Tall trees for flowers and foliage
The flowering magnolia in this picture is thought to be around a century old and still blooms magnificently every year in August – a welcome sight in late winter.
Its craggy grey/ brown limbs provide an interesting sculptural feature alone but when those large pink buds appear, the anticipation of a beautiful show begins.
The tree was planted before any of the houses were built around it, when the land belonged to a large park-like estate hosting garden parties and tours when family Sunday outings involved getting the horse and gig ready; but now it is a star marking a suburban entranceway.
A flowering tree is a magnificent sight and something to behold on a large section or where it can be admired by several households. Those of the deciduous varieties will still let winter sun shine in and provide welcome shade in summer. Shrubs that flower are a good option to frame gates, driveways or to brighten up otherwise dull spots in the winter or early spring garden.
One of the most-loved of the flowering native shrubs is the hebe. With about 80 species there are plenty to choose from and they grow easily enough from cuttings taken from shrub or small treesized specimens. A taller native is the kowhai, its golden blooms pro- viding a feast for tui and kereru.
The tree fuchsia, or kotukutuku, grows to 10 metres and produces red-purple flowers shaped like the exotic fuchsias more familiar in cultivated garden beds.
Manuka and kanuka trees produce their distinctive and small red, pink or white blooms on attractive and sometimes dark foliage which is useful in vases as well as brightening the garden.
Lacebark too, has delicate white flowers and of course, though not a tree, the native flax sends up tall flower spikes irresistible to birds and admired by passers-by.
For bird lovers, the tall nikau palm provides interesting flower and berry spikes that also supply berries for hungry birds such as the kereru.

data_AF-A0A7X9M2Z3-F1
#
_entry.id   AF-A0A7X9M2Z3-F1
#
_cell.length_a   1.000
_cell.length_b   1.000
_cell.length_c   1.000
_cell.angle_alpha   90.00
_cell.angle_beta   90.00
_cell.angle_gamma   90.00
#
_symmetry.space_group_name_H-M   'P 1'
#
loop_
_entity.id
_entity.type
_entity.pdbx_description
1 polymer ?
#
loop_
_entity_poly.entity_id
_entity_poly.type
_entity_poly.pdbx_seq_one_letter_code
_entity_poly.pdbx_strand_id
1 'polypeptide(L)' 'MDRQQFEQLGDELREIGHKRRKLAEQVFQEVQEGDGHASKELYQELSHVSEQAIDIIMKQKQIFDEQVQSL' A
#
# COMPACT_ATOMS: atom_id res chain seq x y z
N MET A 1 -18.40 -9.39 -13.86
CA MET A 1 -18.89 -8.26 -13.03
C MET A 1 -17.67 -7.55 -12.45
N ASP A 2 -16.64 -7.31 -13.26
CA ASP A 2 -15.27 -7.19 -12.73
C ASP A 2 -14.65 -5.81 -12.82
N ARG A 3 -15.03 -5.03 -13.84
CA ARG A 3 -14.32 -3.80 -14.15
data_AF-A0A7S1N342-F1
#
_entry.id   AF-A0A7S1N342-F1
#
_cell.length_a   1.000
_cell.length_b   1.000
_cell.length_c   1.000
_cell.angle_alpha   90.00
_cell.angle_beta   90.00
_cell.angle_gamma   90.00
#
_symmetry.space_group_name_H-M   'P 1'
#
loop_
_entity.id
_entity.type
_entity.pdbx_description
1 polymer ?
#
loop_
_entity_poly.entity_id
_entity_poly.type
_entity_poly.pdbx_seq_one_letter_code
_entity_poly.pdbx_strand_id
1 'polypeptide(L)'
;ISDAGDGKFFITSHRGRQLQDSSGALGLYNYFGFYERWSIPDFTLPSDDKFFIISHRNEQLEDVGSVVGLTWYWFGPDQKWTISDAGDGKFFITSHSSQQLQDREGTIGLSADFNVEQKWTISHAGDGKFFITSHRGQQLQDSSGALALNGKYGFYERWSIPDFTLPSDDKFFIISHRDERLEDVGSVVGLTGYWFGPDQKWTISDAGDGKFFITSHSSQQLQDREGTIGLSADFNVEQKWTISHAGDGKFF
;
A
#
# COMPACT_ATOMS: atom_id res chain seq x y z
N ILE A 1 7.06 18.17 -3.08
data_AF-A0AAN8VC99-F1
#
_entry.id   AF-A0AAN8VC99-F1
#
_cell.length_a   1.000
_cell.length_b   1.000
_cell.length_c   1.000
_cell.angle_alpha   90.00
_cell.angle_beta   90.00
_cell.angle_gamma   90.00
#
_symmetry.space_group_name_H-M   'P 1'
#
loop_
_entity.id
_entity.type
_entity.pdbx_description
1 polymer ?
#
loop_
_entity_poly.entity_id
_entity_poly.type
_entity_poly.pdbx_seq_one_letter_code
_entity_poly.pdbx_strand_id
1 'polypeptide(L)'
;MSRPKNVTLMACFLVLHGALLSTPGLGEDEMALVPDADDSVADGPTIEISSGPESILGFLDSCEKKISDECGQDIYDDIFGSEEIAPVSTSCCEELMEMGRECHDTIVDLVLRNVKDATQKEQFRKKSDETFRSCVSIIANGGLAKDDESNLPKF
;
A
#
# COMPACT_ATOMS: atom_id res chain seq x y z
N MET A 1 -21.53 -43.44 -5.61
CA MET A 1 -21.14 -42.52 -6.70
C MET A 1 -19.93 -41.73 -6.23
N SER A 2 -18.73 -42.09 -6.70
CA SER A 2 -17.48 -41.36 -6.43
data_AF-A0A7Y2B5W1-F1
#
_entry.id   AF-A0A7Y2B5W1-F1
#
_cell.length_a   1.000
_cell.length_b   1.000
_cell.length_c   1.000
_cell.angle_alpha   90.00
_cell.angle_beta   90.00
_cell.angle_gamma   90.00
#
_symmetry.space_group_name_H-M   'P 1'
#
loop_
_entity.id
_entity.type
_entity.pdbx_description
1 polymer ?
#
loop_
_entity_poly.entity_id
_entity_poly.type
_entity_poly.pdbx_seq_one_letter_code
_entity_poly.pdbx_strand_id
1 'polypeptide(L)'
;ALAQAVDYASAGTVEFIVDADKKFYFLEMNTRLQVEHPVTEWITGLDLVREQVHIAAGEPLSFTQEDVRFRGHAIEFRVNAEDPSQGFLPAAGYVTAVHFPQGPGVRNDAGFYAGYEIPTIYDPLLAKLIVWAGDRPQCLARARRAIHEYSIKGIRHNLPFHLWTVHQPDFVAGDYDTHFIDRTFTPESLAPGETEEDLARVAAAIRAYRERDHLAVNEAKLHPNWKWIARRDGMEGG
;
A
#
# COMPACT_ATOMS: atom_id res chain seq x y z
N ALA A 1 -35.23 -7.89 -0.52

Perhaps the most well-known native flowering tree is pohutukawa, its red or orange bristly blooms celebrating high summer and Christmas. There are smaller varieties than the towering trees that are allowed to grow to their maximum height making them available to most everyone.
Members of the dogwood tree family have attractive flowers in spring with the bonus of pretty autumn foliage as well.
Flowering cherry trees give a beautiful show and have been popular throughout time in many cultures. Even some tall hydrangeas can reach flowering heights of 2m and 4m.
Acidic soil lovers, the rhododendrons are favoured by many for their colourful blooms.
When choosing a large flowering tree to be a garden focal point the most important consideration is the size the tree will grow to but consider also if its blooms will harmonise with flowering shrubs and trees already present. And with any deciduous tree, if it is large, there will be leaves in autumn and piles of petals as new leaf growth follows the flowers – the price you pay for a stunning landmark tree.
Following permaculture principles, flowering trees ought to be useful as well as beautiful. The blossoms of fruit trees may not last as long as other flowers, but they can be just as attractive and have the bonus of an edible crop to follow. Dwarf varieties mean many more types of fruit trees can be grown in a smaller space.
Trees add form and structure to a garden, are a haven for birds, and can give a mass of flowering colour.
Blooming beauty: A tall magnolia steals the show each year with its bouquet of blooms.